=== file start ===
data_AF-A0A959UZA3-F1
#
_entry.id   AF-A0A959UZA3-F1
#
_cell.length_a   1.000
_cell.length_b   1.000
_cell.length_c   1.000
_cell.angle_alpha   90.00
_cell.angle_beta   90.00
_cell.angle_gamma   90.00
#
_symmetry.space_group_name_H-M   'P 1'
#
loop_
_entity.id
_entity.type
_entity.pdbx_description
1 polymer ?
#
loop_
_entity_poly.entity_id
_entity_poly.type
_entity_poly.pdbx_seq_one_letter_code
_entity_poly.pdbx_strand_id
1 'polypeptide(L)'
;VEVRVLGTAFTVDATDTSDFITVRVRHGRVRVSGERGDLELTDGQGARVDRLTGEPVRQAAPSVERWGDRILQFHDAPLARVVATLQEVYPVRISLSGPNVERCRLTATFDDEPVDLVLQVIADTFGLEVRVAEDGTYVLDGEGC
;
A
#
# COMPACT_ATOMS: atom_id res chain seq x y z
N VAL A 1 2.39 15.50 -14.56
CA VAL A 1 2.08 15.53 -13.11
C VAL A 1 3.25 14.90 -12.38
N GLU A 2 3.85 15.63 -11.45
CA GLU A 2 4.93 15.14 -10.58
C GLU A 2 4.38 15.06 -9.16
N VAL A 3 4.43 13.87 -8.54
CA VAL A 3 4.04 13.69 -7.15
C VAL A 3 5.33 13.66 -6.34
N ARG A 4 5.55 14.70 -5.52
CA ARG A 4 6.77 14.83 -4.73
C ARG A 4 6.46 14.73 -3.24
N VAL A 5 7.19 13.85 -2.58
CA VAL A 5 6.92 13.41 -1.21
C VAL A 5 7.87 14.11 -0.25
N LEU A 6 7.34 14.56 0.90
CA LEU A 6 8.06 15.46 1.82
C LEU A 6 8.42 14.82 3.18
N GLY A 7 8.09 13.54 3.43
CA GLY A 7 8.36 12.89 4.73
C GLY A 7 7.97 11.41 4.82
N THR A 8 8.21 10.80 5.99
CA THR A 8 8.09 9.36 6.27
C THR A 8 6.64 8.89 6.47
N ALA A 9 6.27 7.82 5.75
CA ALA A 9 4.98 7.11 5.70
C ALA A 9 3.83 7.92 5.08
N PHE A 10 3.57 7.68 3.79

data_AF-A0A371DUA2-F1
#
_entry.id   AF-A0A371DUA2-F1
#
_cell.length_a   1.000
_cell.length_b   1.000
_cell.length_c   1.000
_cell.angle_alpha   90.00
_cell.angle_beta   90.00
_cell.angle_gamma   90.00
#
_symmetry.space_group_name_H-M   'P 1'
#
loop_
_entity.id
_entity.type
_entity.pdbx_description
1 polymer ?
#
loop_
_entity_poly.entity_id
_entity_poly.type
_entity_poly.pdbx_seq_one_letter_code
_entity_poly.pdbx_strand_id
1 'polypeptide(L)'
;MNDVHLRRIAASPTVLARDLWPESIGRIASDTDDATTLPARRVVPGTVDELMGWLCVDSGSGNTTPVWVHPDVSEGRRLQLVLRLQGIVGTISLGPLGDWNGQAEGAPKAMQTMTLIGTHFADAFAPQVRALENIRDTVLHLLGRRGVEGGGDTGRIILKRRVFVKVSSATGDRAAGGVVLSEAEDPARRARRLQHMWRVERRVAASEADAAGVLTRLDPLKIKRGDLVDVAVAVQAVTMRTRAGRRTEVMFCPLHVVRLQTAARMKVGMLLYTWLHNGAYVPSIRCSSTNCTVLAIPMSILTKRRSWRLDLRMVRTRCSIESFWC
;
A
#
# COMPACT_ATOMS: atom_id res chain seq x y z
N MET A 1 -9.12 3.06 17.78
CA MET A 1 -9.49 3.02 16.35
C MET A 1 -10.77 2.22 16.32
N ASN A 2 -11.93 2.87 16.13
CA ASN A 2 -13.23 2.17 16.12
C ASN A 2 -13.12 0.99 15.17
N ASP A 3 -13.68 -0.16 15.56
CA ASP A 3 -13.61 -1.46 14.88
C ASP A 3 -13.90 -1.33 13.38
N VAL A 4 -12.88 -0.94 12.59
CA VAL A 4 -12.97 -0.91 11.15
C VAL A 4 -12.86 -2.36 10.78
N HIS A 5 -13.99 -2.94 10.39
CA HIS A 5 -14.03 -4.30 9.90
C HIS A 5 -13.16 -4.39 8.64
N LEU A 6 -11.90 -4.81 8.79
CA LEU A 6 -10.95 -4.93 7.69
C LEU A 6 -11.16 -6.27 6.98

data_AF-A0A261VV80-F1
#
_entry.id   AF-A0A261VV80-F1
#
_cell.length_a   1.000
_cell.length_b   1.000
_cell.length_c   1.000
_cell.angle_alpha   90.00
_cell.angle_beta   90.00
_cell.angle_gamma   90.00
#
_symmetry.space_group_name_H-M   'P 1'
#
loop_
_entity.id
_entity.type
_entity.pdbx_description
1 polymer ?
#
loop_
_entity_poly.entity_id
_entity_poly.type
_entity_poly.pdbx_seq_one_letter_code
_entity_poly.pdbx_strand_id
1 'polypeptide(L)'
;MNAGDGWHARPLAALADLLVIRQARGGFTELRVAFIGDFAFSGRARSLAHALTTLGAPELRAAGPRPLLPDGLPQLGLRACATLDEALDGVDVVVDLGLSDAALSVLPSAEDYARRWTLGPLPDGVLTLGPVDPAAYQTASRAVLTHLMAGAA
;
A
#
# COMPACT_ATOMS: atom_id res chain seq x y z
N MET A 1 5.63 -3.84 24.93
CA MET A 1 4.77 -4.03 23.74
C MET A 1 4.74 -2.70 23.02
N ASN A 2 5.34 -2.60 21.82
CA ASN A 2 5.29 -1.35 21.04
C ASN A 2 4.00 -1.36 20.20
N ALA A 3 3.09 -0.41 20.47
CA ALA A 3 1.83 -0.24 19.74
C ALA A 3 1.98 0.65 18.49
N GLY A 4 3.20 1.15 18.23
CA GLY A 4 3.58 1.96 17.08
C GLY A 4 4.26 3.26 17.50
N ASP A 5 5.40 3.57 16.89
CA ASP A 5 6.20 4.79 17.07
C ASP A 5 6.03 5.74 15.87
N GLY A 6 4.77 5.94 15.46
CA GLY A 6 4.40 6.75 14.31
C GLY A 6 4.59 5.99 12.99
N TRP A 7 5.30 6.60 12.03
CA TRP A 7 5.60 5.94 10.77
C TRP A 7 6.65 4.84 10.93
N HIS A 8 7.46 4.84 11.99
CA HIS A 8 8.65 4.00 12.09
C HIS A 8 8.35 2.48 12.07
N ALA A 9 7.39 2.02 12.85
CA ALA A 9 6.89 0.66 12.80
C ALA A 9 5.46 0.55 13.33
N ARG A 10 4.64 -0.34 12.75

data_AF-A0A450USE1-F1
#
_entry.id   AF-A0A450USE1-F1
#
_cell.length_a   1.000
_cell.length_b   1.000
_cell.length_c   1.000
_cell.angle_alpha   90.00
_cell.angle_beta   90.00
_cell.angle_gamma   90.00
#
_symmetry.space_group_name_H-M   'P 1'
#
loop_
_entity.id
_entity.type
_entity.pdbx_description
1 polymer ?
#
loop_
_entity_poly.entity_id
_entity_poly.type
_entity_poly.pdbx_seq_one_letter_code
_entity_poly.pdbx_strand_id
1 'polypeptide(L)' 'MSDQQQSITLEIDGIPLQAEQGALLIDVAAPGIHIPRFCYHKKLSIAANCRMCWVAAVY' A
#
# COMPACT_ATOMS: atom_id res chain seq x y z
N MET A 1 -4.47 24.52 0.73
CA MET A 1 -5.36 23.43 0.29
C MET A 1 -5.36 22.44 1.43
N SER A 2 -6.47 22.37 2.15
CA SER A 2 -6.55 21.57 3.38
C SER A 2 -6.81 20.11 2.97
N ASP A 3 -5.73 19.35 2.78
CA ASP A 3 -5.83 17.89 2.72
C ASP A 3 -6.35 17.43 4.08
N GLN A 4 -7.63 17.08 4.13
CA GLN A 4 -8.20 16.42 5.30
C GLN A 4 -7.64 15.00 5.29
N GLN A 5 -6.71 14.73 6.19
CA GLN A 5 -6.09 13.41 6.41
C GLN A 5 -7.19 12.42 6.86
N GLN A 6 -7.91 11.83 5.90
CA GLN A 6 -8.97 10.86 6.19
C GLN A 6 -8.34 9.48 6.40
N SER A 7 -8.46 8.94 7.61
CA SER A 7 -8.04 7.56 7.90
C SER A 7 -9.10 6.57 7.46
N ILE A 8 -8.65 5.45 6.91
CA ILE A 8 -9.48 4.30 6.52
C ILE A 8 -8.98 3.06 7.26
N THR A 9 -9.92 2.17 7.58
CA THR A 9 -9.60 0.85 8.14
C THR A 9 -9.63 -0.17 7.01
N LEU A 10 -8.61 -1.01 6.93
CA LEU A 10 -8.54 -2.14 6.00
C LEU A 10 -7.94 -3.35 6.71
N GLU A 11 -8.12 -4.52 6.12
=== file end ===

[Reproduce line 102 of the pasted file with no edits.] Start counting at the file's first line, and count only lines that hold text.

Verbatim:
CA HIS A 5 -14.03 -4.30 9.90